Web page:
In the past, if you owned a graphics card with a non-reference PCB – that is one that’s maybe had additional power circuitry added to offer better overclocking or even just a few capacitors moved around, you were very often out of luck if you later wanted to water-cool it.

This is due to the simple reason that it wasn’t worth the time of waterblock manufacturers to go through their usual lengthy production process to create a new waterblock that far fewer people would buy compared to reference models.

Alphacool to 3D-scan GPUs to make waterblocks for non-reference cards *Alphacool to 3D-scan GPUs to make waterblocks for non-reference cards
The dimensions will be used to create a custom base plate that cools the memory and VRMs, which attaches to a backplate and universal waterblock that cools the GPU core directly. As the waterblock is universal, you can re-fit it to future GPUs and just buy a new base plate and backplate for the new GPU.

The baseplate is made from aluminium (at no point does it come in contact with the coolant), and Alphacool claims the mosfets on the card will be cooled to the same level as they would be on an air cooled graphics card running its fan at full speed while the core and ram would see a temperature drop in the region of 30-40°C.

The new waterblock range and 3D-scanning service will cater for any Nvidia GeForce 7XX-series model and any AMD Radeon 2XX-series models only at the start, with both reference GeForce GTX 750 Ti and Titan Black waterblock kits available at launch.

Alphacool to 3D-scan GPUs to make waterblocks for non-reference cards *Alphacool to 3D-scan GPUs to make waterblocks for non-reference cards
If you’re interested in sending your non reference GeForce 7XX-series or Radeon 2XX-series card to Alphacool, you can contact them directly at or via your local Alphacool etailer.

Alphacool will also be producing a unique ‘multi-bridge’ connection system for customers with more than one GPU. The bridge will effortlessly connect the waterblocks as well as letting the customer illuminate the Alphacool logo with 5mm LED’s.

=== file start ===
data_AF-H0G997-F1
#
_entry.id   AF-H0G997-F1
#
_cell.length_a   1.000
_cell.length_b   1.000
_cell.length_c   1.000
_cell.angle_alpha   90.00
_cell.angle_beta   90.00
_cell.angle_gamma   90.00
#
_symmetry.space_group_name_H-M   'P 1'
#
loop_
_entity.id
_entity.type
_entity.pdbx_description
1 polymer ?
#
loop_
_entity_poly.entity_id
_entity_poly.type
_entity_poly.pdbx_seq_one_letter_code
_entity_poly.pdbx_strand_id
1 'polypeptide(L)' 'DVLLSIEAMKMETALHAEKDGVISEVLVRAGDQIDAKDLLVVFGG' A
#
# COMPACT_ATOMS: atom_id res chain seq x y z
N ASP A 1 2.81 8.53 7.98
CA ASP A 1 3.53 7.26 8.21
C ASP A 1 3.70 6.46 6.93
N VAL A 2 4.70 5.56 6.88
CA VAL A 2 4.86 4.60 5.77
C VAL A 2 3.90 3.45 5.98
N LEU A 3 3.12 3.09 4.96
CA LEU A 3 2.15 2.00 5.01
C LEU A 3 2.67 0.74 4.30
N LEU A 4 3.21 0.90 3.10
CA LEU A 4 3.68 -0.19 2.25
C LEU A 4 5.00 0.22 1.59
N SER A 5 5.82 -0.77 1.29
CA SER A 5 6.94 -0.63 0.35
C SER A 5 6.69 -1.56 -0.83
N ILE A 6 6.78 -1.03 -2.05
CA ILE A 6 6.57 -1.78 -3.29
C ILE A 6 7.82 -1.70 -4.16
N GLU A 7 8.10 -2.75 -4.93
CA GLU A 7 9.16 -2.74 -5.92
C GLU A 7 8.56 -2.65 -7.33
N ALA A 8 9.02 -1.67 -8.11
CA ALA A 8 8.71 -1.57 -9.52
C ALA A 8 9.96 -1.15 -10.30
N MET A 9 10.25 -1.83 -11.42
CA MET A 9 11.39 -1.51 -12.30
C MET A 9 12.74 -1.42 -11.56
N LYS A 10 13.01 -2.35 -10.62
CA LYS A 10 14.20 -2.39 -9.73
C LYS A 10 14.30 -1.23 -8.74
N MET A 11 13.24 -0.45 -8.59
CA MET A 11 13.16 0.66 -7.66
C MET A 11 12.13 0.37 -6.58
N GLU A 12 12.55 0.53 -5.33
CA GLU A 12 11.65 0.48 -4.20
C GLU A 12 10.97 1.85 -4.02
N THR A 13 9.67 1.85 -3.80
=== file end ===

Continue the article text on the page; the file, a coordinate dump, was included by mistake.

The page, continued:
Alphacool to 3D-scan GPUs to make waterblocks for non-reference cards *Alphacool to 3D-scan GPUs to make waterblocks for non-reference cards
To support the modding community Alphacool will be publishing the dimensions of the ‘multi-bridge’ cover so you have the ability to make your own. Also if there is enough demand for a specific brand or logo Alphacool will be making custom covers available.

This could in theory be one way to create a proper water-cooling solution for AMD’s new R9 295X2 as well. Do you think Alphacool’s idea could be useful? Have you had to opt for reference models in the past as you needed to water-cool them? Let us know your thoughts in the forum.

Article source:

Article source:

Google pledges January launch for Project Ara

Google pledges January launch for Project Ara

Google’s Project Ara, created by one-time subsidiary Motorola and based on Dave Hakkens’ Phonebloks concept, is scheduled to hit the market in January 2015.

Advertising giant Google has confirmed that it is forging ahead with the Project Ara modular smartphone concept, and plans to release the first commercially available parts in January 2015.

Originally developed by Motorola Mobility based on concept work carried out by Dave Hakkens under the name Phonebloks, Project Ara was acquired by Google when it picked up the Mobility division from Motorola. Although the company would go on to sell the bulk of Motorola Mobility to Lenovo it kept hold of Project Ara, announcing in February this year commercialisation plans for the technology.

Project Ara aims to offer the same level of customisation available in the PC world to the smartphone – and, eventually, tablet, markets. The Ara platform uses a central chassis dubbed an Endo, to which component modules are connected via magnets. These modules contain everything from the display to the processor, storage, camera and battery, and can be assembled in almost any combination or pattern. As well as ending the annual phone upgrade cycle – the Endo itself, Google claims, would be good for five to six years – by offeringthe chance of incremental upgrades, the system would also allow for complete customisation: one Endo may have a high-end processor and high-spec camera, while another opts for a slower processor, no camera and a bigger battery for longer runtime.

Google held its first Project Ara developers’ conference this week, and CNET reports that it offered a timeline to commercialisation: the first Project Ara Endo will be on sale, barring any major setbacks along the way, in January next year for just $50. It will be joined by a range of component modules, although the specification and pricing for these has not yet been confirmed.

Google also outlined fabrication hardware for the modules themselves, developed in conjunction with academic and business partners and taking the form of large-scale 3D printers capable of working with conductive materials. More details on these will be provided at the next conference in July.

Article source:

Article source:

Attenborough working on a documentary for the Oculus Rift

Attenborough working on a documentary for the Oculus Rift

Attenborough is reprising his work with production company Atlantic to create a nature documentary for the Oculus Rift.